“We demonstrated this last year – showcasing how bringing together technology and service delivery can really impact our customers and build our reputation. Look at the recognition that Bellrock’s Workplace & Compliance Services division (WCS) gained last year in the PFM awards, winning not one but two awards against some of the biggest names in the industry. It’s great to see that we continue to punch above our weight and find new ways to disrupt the market.”

Perhaps the most surprising lesson in crafting a business culture comes from Paul’s 20 years in hospitality. In that environment, performance is only part of the story. The customer journey relies on a multitude of people with different skills and roles all working in harmony, this is also our challenge, so consistency is key, as is teamwork and a common goal.

“On paper, people can have all the determination, experience, capability but if they display the wrong behaviours they can do more harm than good.”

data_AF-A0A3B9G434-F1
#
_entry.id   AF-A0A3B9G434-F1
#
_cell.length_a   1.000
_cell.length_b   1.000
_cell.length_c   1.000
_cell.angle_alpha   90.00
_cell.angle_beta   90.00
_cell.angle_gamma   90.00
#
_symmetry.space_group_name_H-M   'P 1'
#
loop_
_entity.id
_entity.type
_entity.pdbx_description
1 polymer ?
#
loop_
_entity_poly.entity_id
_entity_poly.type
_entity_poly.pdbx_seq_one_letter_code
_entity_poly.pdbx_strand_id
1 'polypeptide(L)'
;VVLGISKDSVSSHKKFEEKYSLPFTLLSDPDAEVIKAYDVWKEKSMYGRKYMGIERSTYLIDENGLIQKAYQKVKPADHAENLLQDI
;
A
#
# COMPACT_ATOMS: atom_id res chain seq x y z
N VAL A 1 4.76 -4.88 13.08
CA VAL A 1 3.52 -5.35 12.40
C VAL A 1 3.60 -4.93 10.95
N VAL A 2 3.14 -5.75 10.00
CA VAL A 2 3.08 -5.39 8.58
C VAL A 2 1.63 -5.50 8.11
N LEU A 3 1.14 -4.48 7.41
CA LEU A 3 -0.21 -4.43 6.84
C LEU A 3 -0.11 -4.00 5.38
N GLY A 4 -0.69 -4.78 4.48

“At Bellrock it’s not about any one person, it’s about the collective good. We’re all about the team; we can only succeed if we are together as One Bellrock!”

Creating a future-proof workplace


Right now, Paul is working to protect all good we’ve achieved so far.

“We’re at an exciting and important period of testing our messaging, making sure everyone in Bellrock understands where we’re going.

“To get more of our clients using more of our services, we’ve got to stay the course. The more interaction I see between the different brands, the happier I get. But it’s a journey, it could take us some time to explore all our potential synergies.”

Thankfully, Bellrock’s resilience means time is on our side. With our new sister companies by our side, John Rowan and Partners is looking forward to the future, united by one common ambition.